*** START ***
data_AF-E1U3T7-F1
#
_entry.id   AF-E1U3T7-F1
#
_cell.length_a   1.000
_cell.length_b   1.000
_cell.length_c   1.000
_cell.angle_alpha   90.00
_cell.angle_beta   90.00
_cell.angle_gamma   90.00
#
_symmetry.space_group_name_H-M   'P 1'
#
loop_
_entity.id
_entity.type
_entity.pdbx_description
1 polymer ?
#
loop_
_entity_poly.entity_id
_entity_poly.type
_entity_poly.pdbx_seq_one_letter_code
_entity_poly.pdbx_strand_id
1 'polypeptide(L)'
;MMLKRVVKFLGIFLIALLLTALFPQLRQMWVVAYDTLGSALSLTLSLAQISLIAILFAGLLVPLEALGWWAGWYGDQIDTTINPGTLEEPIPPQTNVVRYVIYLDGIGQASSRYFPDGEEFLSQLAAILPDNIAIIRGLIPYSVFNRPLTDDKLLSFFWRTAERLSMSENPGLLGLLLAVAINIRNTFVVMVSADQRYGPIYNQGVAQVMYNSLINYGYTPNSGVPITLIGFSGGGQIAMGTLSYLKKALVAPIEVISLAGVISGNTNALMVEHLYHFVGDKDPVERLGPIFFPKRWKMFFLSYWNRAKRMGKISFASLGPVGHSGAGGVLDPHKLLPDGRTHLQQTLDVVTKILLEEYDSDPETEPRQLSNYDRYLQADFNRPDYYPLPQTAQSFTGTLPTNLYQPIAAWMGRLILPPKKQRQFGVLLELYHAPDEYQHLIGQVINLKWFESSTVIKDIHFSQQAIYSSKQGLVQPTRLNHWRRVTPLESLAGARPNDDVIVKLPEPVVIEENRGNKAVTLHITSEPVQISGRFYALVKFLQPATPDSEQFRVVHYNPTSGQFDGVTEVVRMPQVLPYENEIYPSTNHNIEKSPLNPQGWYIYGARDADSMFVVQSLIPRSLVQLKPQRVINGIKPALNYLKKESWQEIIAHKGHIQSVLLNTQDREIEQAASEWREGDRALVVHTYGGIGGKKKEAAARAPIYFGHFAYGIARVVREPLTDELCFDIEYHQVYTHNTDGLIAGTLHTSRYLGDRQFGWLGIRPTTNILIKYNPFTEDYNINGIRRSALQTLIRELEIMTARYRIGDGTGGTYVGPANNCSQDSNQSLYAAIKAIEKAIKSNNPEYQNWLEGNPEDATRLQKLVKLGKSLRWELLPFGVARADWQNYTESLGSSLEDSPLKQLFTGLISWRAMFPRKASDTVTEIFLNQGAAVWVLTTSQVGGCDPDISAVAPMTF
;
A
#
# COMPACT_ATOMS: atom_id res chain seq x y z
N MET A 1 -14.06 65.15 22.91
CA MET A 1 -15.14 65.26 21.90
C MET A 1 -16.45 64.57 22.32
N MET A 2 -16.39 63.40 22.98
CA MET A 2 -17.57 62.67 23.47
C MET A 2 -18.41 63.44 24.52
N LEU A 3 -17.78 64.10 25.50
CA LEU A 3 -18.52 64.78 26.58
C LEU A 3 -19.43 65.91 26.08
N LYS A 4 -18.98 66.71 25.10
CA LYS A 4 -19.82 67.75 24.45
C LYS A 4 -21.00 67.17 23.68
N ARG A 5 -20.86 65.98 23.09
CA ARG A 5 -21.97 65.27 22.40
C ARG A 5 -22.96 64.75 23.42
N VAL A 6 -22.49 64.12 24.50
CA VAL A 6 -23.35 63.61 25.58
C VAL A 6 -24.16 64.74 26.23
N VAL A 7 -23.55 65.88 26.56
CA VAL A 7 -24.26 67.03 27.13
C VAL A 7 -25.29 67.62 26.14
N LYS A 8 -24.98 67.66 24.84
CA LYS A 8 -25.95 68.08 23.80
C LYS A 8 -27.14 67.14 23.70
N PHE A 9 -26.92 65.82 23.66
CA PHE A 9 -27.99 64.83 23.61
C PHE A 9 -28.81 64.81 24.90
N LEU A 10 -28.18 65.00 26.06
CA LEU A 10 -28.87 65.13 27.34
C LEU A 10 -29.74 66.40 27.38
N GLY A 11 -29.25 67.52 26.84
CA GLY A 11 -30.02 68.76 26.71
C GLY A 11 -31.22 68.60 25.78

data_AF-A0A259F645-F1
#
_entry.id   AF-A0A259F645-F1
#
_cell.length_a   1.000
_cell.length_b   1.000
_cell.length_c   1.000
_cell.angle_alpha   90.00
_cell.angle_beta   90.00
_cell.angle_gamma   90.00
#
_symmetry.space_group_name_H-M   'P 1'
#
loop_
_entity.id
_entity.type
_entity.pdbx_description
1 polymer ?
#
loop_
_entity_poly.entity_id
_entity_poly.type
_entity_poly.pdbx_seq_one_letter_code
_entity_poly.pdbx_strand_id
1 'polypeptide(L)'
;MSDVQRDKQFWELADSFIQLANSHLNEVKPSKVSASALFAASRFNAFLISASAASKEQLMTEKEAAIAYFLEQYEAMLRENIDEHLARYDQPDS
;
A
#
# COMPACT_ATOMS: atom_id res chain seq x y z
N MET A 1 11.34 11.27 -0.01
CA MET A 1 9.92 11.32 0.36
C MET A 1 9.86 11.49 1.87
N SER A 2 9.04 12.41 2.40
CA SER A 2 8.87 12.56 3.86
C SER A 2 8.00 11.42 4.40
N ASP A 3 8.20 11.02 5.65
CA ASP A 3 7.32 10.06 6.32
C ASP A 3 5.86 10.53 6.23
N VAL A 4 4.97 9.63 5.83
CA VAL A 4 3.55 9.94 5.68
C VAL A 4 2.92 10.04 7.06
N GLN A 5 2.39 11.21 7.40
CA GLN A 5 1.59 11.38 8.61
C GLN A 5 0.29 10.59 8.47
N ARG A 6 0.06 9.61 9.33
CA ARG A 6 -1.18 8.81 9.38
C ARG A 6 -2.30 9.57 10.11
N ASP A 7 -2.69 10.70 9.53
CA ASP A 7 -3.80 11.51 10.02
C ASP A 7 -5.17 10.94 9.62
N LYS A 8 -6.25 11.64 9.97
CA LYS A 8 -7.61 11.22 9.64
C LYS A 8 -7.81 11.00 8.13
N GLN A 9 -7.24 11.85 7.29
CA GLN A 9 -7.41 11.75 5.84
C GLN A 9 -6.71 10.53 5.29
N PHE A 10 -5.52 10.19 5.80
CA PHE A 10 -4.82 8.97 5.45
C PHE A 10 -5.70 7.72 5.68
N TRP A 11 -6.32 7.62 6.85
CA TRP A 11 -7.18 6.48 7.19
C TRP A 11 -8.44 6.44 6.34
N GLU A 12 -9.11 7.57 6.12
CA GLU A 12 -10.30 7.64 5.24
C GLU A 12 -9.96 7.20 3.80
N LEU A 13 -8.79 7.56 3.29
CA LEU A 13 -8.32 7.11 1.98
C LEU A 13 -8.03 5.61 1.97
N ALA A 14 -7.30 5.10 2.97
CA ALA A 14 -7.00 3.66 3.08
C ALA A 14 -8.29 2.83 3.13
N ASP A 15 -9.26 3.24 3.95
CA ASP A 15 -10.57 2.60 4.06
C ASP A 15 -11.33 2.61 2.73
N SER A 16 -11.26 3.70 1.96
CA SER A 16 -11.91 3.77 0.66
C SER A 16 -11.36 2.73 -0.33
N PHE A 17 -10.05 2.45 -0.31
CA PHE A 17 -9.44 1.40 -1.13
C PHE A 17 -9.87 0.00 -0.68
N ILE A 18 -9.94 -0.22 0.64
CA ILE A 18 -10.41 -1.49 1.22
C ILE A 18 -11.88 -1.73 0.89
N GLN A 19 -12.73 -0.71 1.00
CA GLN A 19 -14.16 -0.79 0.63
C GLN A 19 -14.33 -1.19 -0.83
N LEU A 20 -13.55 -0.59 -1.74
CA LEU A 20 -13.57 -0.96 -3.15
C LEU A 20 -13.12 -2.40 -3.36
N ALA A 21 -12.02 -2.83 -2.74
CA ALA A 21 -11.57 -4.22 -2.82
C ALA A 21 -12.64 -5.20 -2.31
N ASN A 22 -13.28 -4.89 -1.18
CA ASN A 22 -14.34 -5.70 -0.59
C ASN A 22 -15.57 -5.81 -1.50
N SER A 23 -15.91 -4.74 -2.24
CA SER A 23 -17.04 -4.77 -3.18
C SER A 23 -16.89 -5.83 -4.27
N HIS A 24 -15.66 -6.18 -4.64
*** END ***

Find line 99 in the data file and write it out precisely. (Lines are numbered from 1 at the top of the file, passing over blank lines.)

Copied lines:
C SER A 2 8.00 11.42 4.40